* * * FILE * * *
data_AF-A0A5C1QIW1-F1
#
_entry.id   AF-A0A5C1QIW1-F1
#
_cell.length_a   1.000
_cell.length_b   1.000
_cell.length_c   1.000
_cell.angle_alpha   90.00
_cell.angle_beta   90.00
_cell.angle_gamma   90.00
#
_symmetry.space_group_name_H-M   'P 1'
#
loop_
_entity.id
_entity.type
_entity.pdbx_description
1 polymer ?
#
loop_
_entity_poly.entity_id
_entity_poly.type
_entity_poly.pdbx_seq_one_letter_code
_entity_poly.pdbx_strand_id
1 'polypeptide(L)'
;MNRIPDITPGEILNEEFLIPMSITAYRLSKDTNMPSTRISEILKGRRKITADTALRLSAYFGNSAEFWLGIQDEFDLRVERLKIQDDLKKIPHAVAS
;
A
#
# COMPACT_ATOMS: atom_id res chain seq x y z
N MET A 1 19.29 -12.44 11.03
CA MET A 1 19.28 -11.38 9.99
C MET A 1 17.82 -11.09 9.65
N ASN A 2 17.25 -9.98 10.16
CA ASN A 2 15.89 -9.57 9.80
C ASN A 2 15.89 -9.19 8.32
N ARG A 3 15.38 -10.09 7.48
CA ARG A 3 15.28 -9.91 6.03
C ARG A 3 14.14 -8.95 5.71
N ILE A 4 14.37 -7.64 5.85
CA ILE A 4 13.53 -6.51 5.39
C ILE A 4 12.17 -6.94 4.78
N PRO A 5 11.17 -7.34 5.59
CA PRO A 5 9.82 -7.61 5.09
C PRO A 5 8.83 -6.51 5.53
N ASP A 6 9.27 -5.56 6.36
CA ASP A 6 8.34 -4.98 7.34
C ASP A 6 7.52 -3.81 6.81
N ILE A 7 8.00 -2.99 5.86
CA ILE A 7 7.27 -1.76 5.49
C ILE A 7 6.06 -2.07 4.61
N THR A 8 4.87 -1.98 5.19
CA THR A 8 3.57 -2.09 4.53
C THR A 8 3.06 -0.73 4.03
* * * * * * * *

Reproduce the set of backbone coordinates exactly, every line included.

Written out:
data_AF-A0A5C1QIW1-F1
#
_entry.id   AF-A0A5C1QIW1-F1
#
_cell.length_a   1.000
_cell.length_b   1.000
_cell.length_c   1.000
_cell.angle_alpha   90.00
_cell.angle_beta   90.00
_cell.angle_gamma   90.00
#
_symmetry.space_group_name_H-M   'P 1'
#
loop_
_entity.id
_entity.type
_entity.pdbx_description
1 polymer ?
#
loop_
_entity_poly.entity_id
_entity_poly.type
_entity_poly.pdbx_seq_one_letter_code
_entity_poly.pdbx_strand_id
1 'polypeptide(L)'
;MNRIPDITPGEILNEEFLIPMSITAYRLSKDTNMPSTRISEILKGRRKITADTALRLSAYFGNSAEFWLGIQDEFDLRVERLKIQDDLKKIPHAVAS
;
A
#
# COMPACT_ATOMS: atom_id res chain seq x y z
N MET A 1 19.29 -12.44 11.03
CA MET A 1 19.28 -11.38 9.99
C MET A 1 17.82 -11.09 9.65
N ASN A 2 17.25 -9.98 10.16
CA ASN A 2 15.89 -9.57 9.80
C ASN A 2 15.89 -9.19 8.32
N ARG A 3 15.38 -10.09 7.48
CA ARG A 3 15.28 -9.91 6.03
C ARG A 3 14.14 -8.95 5.71
N ILE A 4 14.37 -7.64 5.85
CA ILE A 4 13.53 -6.51 5.39
C ILE A 4 12.17 -6.94 4.78
N PRO A 5 11.17 -7.34 5.59
CA PRO A 5 9.82 -7.61 5.09
C PRO A 5 8.83 -6.51 5.53
N ASP A 6 9.27 -5.56 6.36
CA ASP A 6 8.34 -4.98 7.34
C ASP A 6 7.52 -3.81 6.81
N ILE A 7 8.00 -2.99 5.86
CA ILE A 7 7.27 -1.76 5.49
C ILE A 7 6.06 -2.07 4.61
N THR A 8 4.87 -1.98 5.19
CA THR A 8 3.57 -2.09 4.53
C THR A 8 3.06 -0.73 4.03